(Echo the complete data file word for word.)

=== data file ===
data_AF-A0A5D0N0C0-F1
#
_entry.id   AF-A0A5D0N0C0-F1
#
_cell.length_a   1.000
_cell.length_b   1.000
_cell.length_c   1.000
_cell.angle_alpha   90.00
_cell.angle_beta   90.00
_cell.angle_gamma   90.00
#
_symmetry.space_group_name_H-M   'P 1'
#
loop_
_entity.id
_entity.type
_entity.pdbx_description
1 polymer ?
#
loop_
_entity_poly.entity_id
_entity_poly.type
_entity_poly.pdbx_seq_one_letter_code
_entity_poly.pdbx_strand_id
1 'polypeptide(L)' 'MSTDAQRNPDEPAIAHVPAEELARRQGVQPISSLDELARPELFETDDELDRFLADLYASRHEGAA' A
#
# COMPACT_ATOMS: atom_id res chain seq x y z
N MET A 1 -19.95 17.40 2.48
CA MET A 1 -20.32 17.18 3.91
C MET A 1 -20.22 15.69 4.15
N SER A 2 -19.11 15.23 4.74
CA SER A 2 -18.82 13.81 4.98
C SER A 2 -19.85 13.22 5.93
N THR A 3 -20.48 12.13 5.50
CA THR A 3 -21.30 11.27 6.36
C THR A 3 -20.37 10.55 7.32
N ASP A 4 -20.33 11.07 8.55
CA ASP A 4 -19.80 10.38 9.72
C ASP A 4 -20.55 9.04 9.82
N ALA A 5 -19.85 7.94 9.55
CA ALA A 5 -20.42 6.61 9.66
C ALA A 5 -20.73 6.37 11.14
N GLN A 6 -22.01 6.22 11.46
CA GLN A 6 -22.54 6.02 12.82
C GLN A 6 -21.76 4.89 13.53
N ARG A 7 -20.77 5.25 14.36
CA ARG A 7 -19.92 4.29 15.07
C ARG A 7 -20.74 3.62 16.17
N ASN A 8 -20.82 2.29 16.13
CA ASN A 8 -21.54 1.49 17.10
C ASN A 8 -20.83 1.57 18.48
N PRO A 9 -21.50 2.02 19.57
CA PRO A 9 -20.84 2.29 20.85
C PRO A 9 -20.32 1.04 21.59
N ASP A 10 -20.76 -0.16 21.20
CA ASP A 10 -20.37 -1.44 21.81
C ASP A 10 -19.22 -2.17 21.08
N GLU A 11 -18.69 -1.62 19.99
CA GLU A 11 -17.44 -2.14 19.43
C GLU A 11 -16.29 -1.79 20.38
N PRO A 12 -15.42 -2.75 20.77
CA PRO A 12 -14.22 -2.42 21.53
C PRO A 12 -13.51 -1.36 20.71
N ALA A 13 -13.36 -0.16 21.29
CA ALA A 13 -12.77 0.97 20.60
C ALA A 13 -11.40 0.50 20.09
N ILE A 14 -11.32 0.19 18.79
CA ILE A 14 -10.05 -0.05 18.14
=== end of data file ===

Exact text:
data_AF-A0A5D0N0C0-F1
#
_entry.id   AF-A0A5D0N0C0-F1
#
_cell.length_a   1.000
_cell.length_b   1.000
_cell.length_c   1.000
_cell.angle_alpha   90.00
_cell.angle_beta   90.00
_cell.angle_gamma   90.00
#
_symmetry.space_group_name_H-M   'P 1'
#
loop_
_entity.id
_entity.type
_entity.pdbx_description
1 polymer ?
#
loop_
_entity_poly.entity_id
_entity_poly.type
_entity_poly.pdbx_seq_one_letter_code
_entity_poly.pdbx_strand_id
1 'polypeptide(L)' 'MSTDAQRNPDEPAIAHVPAEELARRQGVQPISSLDELARPELFETDDELDRFLADLYASRHEGAA' A
#
# COMPACT_ATOMS: atom_id res chain seq x y z
N MET A 1 -19.95 17.40 2.48
CA MET A 1 -20.32 17.18 3.91
C MET A 1 -20.22 15.69 4.15
N SER A 2 -19.11 15.23 4.74
CA SER A 2 -18.82 13.81 4.98
C SER A 2 -19.85 13.22 5.93
N THR A 3 -20.48 12.13 5.50
CA THR A 3 -21.30 11.27 6.36
C THR A 3 -20.37 10.55 7.32
N ASP A 4 -20.33 11.07 8.55
CA ASP A 4 -19.80 10.38 9.72
C ASP A 4 -20.55 9.04 9.82
N ALA A 5 -19.85 7.94 9.55
CA ALA A 5 -20.42 6.61 9.66
C ALA A 5 -20.73 6.37 11.14
N GLN A 6 -22.01 6.22 11.46
CA GLN A 6 -22.54 6.02 12.82
C GLN A 6 -21.76 4.89 13.53
N ARG A 7 -20.77 5.25 14.36
CA ARG A 7 -19.92 4.29 15.07
C ARG A 7 -20.74 3.62 16.17
N ASN A 8 -20.82 2.29 16.13
CA ASN A 8 -21.54 1.49 17.10
C ASN A 8 -20.83 1.57 18.48
N PRO A 9 -21.50 2.02 19.57
CA PRO A 9 -20.84 2.29 20.85
C PRO A 9 -20.32 1.04 21.59
N ASP A 10 -20.76 -0.16 21.20
CA ASP A 10 -20.37 -1.44 21.81
C ASP A 10 -19.22 -2.17 21.08
N GLU A 11 -18.69 -1.62 19.99
CA GLU A 11 -17.44 -2.14 19.43
C GLU A 11 -16.29 -1.79 20.38
N PRO A 12 -15.42 -2.75 20.77
CA PRO A 12 -14.22 -2.42 21.53
C PRO A 12 -13.51 -1.36 20.71
N ALA A 13 -13.36 -0.16 21.29
CA ALA A 13 -12.77 0.97 20.60
C ALA A 13 -11.40 0.50 20.09
N ILE A 14 -11.32 0.19 18.79
CA ILE A 14 -10.05 -0.05 18.14